The genetic basis of macroevolutionary trends

Principal Investigator: Craig Lowe, Duke University

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Overview
Team

This project seeks to unify macroevolutionary discoveries across the fields of genomics, developmental biology, and paleontology through characterizing a universal progression of sequential periods of gene regulatory evolution for vertebrate lineages. In particular, they will quantify the temporal accuracy of computational methods to reconstruct ancestral genomes by comparing the morphological consequences of these inferred ancestral sequences (especially regulatory elements) to known morphologies in the fossil record. A key output of this work is the ability to test hypotheses about directional genomic trends in the macroevolution of diverse lineages using genome engineering to replace extant regulatory sequences with the computed ancestral sequences in experimental model organisms.

Craig  Lowe

Craig Lowe

Cluster:
Directionality in Genomics and Macroevolution
Project:
The genetic basis of macroevolutionary trends
Role:
Subaward Principal Investigator
Institution:
Duke University

Craig's background is diverse in that he has significant training in both computational genomics and developmental genetics. His undergraduate education is in computer science, with a focus on machine learning. For his graduate degree, he worked to apply his computational skills to the analysis of some of the first vertebrate genomes. For his postdoctoral studies, he focused on developmental genetics so that he could perform experiments at the bench to test his computational predictions. In his own lab, he mixes computational genomics and experimental genetics to establish a virtuous cycle. The computational predictions define a set of promising candidates for wet-lab experiments. The wet-lab experiments then either support or disprove the computational predictions, which allows his group to then improve the computational model. This diverse background has allowed him to create an interdisciplinary environment where his lab has had students with backgrounds in mathematics, neuroscience, developmental biology, and genetics.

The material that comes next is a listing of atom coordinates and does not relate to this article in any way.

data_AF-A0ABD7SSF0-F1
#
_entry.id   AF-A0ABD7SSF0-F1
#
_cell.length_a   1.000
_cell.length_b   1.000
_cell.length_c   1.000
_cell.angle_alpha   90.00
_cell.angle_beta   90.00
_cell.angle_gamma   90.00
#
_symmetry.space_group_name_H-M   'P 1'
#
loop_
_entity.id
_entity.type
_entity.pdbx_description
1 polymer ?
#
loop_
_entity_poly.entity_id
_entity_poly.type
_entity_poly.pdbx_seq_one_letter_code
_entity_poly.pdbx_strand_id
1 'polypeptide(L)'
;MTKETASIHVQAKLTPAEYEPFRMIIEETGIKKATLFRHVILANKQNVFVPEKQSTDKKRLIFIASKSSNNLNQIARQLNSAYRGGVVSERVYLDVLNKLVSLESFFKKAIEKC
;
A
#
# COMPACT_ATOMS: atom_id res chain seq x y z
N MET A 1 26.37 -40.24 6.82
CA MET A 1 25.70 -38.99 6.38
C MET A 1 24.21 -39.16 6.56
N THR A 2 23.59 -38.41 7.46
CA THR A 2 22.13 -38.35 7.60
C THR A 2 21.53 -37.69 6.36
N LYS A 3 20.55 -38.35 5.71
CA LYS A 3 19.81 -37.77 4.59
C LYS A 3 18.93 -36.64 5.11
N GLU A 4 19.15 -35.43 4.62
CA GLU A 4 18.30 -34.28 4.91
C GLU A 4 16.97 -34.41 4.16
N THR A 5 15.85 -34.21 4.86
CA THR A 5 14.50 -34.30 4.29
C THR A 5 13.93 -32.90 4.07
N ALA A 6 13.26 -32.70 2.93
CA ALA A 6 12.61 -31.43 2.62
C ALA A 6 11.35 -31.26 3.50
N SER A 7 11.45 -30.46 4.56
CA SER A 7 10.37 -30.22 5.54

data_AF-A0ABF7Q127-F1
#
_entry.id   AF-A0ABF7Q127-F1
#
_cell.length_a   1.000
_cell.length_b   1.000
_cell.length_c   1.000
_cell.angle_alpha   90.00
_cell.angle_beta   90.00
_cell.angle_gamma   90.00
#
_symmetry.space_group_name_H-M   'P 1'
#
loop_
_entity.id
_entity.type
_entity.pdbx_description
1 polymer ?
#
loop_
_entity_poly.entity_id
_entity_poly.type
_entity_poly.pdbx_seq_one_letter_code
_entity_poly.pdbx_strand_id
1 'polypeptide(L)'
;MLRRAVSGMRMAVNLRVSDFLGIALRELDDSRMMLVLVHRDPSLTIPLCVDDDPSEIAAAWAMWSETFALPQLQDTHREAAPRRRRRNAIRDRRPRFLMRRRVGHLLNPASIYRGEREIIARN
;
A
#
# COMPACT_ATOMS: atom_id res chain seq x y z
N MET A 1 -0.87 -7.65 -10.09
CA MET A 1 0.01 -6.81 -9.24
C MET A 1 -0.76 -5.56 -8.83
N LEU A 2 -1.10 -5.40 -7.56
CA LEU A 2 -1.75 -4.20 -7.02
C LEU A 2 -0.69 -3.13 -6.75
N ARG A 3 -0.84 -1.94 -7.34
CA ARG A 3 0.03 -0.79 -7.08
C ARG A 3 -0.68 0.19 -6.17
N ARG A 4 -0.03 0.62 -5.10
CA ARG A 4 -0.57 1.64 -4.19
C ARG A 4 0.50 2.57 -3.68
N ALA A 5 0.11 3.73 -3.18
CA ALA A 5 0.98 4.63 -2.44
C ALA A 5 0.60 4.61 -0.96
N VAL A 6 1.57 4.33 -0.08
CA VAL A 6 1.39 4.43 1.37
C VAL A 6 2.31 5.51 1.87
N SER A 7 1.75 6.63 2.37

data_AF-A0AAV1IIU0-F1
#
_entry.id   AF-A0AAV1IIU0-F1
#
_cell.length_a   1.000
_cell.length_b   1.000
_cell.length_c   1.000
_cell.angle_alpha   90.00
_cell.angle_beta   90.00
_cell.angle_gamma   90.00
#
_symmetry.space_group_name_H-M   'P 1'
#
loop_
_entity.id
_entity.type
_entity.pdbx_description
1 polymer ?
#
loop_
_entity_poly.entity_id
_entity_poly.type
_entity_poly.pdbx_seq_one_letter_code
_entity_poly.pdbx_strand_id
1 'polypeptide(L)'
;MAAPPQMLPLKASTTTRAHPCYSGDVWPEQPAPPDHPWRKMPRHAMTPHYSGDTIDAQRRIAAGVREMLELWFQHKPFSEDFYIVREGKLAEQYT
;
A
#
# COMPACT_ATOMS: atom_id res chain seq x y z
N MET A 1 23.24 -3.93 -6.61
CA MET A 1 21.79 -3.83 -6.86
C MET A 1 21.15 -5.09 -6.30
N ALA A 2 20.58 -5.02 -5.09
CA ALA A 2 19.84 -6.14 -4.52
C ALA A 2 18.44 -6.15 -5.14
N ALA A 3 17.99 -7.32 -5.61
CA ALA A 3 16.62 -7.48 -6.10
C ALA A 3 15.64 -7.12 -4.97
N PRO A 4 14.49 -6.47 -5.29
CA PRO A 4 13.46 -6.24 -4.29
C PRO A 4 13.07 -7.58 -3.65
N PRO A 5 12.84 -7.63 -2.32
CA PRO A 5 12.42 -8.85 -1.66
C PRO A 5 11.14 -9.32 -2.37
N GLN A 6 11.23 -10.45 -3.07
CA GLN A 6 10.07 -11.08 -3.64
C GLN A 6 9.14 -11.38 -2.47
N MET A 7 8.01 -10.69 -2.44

Christiana Fauci

Christiana Fauci

Cluster:
Directionality in Genomics and Macroevolution
Project:
The genetic basis of macroevolutionary trends
Institution:
Duke University

Christi is from Long Island, New York where she attended SUNY Stony Brook to receive her Bachelors of Science in biology with a focus on developmental genetics in 2017. During her time at Stony Brook she taught general chemistry and several genetics courses while working in the Colognato lab, managing their mouse colony. She started the University Program in Genetics and Genomics at Duke University in 2019 where she joined Craig Lowe’s lab in the Molecular Genetics and Microbiology Department. In the Lowe Lab Christi works on understanding the genetic mechanism of vertebrate evolution with a particular interest in finding when certain non-coding sequences arose and how they contributed to modern bird features. This application is particularly interesting because Christi has developed a method of examining these sequences in the Japanese Quail system.

Headshot of Riley J Mangan

Riley J. Mangan

Cluster:
Directionality in Genomics and Macroevolution
Project:
The genetic basis of macroevolutionary trends

Riley is a Ph.D. Candidate in Molecular Genetics and Microbiology who specializes in evolutionary biology, comparative and population genomics, and developmental neuroscience. His research focus is in uncovering how genetic changes specific to the human lineage have influenced neurodevelopmental programs that have enabled the emergence of human-specific morphological and behavioral traits.

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